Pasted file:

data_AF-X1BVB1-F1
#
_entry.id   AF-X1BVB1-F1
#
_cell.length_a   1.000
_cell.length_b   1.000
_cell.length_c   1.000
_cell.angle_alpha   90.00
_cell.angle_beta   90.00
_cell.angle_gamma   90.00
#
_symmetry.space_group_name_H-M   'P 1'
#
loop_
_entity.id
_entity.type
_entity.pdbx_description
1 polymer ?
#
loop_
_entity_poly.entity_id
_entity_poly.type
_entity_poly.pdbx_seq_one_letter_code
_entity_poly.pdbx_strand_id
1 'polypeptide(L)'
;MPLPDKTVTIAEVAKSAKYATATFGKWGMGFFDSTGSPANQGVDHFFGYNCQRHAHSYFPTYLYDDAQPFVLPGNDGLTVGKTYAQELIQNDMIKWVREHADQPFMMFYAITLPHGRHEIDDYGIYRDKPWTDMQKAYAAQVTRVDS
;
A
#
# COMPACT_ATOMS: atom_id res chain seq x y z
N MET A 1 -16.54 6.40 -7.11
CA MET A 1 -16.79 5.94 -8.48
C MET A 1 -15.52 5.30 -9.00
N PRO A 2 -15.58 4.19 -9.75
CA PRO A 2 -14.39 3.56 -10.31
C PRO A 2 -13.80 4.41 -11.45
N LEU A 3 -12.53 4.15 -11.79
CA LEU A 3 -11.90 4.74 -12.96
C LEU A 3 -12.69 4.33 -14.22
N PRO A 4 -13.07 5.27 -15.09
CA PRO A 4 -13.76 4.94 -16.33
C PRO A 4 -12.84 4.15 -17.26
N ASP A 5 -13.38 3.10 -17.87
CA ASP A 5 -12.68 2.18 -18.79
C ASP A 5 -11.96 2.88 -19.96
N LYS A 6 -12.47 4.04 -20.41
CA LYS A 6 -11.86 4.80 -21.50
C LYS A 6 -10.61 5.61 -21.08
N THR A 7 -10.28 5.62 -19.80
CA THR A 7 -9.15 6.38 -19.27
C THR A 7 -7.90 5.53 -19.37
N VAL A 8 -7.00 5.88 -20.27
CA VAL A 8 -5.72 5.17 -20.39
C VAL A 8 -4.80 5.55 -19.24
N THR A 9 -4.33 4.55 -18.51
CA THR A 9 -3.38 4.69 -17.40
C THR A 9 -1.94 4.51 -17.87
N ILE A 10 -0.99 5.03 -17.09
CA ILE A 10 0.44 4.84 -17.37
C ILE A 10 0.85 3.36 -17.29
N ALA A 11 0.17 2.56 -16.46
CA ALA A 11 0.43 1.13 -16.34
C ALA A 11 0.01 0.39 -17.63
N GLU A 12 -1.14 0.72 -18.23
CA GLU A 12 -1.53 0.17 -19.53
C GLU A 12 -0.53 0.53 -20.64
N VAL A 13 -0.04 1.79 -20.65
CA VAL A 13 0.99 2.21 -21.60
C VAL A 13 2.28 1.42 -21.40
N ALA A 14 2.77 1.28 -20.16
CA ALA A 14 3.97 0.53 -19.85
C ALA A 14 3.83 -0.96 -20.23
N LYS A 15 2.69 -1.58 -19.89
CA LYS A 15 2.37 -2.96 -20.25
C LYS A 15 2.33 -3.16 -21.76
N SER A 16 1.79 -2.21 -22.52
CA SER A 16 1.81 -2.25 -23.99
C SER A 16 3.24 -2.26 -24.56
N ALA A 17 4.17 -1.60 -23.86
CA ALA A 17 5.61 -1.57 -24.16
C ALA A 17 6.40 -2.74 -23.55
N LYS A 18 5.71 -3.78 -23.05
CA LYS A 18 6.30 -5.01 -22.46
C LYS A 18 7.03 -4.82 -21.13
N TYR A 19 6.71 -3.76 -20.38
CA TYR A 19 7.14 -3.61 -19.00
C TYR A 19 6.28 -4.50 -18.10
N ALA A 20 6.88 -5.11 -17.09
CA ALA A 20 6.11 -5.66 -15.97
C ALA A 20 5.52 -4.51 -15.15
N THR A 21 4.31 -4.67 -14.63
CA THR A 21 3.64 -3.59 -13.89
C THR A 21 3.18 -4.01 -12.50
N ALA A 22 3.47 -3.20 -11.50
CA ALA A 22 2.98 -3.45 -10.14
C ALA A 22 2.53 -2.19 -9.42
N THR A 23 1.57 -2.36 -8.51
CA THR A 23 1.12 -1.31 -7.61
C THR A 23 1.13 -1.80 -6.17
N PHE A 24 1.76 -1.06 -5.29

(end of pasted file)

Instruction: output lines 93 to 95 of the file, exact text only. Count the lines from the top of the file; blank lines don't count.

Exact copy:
C THR A 21 3.18 -4.01 -12.50
N ALA A 22 3.47 -3.20 -11.50
CA ALA A 22 2.98 -3.45 -10.14